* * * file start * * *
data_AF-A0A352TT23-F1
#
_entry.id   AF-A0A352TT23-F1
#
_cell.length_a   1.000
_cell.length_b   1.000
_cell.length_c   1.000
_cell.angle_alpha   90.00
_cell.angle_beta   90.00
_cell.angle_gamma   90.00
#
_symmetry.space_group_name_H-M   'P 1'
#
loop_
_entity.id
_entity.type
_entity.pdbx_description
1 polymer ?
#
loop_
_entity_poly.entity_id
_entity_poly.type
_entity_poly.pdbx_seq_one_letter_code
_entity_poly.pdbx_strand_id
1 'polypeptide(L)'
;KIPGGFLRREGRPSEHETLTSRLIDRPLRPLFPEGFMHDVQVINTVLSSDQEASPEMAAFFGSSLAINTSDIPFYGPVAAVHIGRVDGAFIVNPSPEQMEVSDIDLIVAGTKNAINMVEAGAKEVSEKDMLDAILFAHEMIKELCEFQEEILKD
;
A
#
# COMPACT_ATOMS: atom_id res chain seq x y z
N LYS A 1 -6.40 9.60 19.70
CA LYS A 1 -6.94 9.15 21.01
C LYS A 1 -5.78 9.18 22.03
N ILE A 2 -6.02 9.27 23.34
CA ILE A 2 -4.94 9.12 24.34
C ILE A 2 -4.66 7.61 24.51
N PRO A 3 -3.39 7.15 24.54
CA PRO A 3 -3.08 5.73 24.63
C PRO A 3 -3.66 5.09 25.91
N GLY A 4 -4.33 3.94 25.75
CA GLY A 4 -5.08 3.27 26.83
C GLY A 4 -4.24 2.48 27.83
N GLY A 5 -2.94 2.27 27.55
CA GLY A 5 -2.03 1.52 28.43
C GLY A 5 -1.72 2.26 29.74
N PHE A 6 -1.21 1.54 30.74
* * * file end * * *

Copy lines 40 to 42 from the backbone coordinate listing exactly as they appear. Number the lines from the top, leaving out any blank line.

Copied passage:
N GLY A 4 -4.33 3.94 25.75
CA GLY A 4 -5.08 3.27 26.83
C GLY A 4 -4.24 2.48 27.83